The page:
It appears that the decision of the authorities to impose steep price hikes on cigarettes in South Korea was not such an effective anti-smoking measure after all, since after the initial plummeting in sales, tobacco consumers seem to be slowly but steadily returning to the purchasing of cigarettes, putting down their resistance and breaking their resolutions to quit smoking.
The increased prices had a dramatic effect on the sales volumes of tobacco during the first week of January, bringing about a 81% dropped when compared to the same period last year. However, in the following weeks the drop has subsided gradually and in the fourth week of January the drop was contained to 57%, indicating that after the initial shock, sales are now gradually picking up.
This change is evident also in the sales made by convenience stores, which saw a drop of 42% in the first week of January, shrinking to a drop of 36% in the fourth week of January. Moreover, the recovery of cigarette sales is also reinforced by the simultaneous faltering of the sales of non-smoking aids, which had originally recorded a 30 times increase since the beginning of the year. For example, e-cigarettes sales increased 22 times in the first week and 33 times in the second week of January year on year, but this increase dropped in the third and fourth weeks.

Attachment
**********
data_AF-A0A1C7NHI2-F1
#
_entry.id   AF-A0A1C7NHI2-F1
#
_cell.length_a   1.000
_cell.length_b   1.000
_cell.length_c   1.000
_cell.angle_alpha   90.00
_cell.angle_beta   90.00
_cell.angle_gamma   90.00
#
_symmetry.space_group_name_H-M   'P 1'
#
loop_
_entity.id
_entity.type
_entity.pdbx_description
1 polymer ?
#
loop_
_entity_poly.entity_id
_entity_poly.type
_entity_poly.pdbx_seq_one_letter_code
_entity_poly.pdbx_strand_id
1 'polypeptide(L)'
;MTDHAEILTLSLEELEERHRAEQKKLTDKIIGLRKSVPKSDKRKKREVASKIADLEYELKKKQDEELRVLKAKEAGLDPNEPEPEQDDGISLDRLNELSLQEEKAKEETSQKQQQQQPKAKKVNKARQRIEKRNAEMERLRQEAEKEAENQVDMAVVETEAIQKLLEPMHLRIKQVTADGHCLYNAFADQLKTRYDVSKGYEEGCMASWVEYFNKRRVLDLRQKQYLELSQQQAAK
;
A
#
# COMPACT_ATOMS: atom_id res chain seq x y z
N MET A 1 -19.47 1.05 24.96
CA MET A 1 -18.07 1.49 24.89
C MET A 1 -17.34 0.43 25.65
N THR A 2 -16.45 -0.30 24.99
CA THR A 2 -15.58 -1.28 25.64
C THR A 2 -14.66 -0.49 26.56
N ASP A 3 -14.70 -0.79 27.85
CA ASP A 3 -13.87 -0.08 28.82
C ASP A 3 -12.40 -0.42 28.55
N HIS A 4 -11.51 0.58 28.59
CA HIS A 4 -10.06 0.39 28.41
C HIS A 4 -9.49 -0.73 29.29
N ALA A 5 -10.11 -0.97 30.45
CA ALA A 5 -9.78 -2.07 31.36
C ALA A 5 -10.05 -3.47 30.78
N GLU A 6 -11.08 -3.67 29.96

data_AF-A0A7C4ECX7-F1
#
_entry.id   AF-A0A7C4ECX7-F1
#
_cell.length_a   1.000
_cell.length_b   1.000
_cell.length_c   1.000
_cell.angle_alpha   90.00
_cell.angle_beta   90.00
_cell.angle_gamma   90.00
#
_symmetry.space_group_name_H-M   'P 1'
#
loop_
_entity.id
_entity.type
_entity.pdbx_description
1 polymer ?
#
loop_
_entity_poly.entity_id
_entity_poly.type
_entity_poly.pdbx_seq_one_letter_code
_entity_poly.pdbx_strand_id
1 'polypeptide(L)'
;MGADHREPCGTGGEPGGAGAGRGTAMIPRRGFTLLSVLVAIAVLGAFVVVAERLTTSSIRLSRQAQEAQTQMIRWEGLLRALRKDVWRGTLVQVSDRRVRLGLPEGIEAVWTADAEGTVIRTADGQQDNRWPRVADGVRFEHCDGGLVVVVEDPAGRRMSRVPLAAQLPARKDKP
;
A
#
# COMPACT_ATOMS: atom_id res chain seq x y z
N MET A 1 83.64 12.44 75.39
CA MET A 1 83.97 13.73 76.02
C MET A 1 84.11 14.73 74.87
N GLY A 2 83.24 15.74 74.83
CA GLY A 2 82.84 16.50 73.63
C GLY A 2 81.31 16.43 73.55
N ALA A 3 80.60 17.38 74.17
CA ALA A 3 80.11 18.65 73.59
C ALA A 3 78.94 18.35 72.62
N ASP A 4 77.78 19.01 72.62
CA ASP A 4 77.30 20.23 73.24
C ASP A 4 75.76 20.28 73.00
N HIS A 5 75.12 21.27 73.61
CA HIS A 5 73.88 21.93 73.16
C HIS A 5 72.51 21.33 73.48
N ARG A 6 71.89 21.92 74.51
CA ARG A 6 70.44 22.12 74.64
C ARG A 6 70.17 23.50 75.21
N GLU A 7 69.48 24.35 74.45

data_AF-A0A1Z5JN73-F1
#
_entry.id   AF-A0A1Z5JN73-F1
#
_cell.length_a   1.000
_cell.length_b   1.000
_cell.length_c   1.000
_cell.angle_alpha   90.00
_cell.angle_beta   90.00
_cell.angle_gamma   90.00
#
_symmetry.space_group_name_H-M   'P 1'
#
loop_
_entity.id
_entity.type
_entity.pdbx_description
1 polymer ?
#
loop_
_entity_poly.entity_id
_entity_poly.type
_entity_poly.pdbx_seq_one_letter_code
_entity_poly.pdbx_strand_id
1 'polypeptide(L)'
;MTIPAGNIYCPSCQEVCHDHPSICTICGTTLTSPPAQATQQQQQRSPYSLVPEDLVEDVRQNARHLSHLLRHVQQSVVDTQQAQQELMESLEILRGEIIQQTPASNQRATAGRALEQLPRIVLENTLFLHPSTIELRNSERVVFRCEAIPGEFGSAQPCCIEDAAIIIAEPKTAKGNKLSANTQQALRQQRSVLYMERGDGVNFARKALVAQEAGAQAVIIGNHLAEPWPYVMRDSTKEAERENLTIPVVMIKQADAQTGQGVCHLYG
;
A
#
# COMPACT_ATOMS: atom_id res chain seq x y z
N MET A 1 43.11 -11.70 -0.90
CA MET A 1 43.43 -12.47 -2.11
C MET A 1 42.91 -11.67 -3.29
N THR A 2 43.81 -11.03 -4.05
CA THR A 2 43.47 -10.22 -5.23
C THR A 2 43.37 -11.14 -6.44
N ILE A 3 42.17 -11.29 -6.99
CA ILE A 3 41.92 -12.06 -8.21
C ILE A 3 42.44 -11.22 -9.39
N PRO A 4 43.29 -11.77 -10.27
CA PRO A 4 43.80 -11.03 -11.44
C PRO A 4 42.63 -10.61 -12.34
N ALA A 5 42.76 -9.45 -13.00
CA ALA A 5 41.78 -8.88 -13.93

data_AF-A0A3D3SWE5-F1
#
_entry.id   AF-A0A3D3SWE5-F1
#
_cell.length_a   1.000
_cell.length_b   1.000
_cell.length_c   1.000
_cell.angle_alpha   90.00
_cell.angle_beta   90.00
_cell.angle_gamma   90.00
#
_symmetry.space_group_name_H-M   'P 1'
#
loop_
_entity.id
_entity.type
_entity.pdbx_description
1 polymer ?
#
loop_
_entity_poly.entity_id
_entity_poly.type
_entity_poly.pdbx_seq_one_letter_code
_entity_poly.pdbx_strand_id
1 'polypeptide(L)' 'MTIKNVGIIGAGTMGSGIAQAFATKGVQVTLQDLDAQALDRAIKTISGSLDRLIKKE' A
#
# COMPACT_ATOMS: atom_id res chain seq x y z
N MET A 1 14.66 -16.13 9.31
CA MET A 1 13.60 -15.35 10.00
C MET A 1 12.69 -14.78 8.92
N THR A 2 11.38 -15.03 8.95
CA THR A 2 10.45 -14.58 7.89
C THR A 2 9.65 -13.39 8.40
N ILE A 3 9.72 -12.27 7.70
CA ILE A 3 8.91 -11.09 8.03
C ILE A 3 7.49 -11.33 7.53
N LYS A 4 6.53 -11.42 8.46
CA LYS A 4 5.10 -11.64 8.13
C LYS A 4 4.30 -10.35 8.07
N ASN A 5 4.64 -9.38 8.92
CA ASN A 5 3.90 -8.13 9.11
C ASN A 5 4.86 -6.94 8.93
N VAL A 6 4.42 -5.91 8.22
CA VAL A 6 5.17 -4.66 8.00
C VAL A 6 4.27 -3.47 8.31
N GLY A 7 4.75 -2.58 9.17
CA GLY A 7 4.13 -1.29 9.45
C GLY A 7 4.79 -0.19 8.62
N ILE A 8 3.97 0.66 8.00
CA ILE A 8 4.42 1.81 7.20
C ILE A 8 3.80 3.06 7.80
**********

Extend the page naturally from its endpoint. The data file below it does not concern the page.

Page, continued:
Besides indicating that smokers who had originally decided to try to cut back or quit due to the higher prices have now changed their mind and returned to the habit, the recovery in tobacco sales might also mean that those who had hoarded big quantities of cigarettes before the price hike are now running out of stock and are forced to buy again, despite the fact that cigarettes are no longer cheap.
The anticipation in the Korean retail industry is that tobacco sales volumes will eventually recover to a great extend but that this will take some time to occur, longer that during previous tobacco price hikes, because this time round the increase in price was steeper and the drop in sales more dramatic.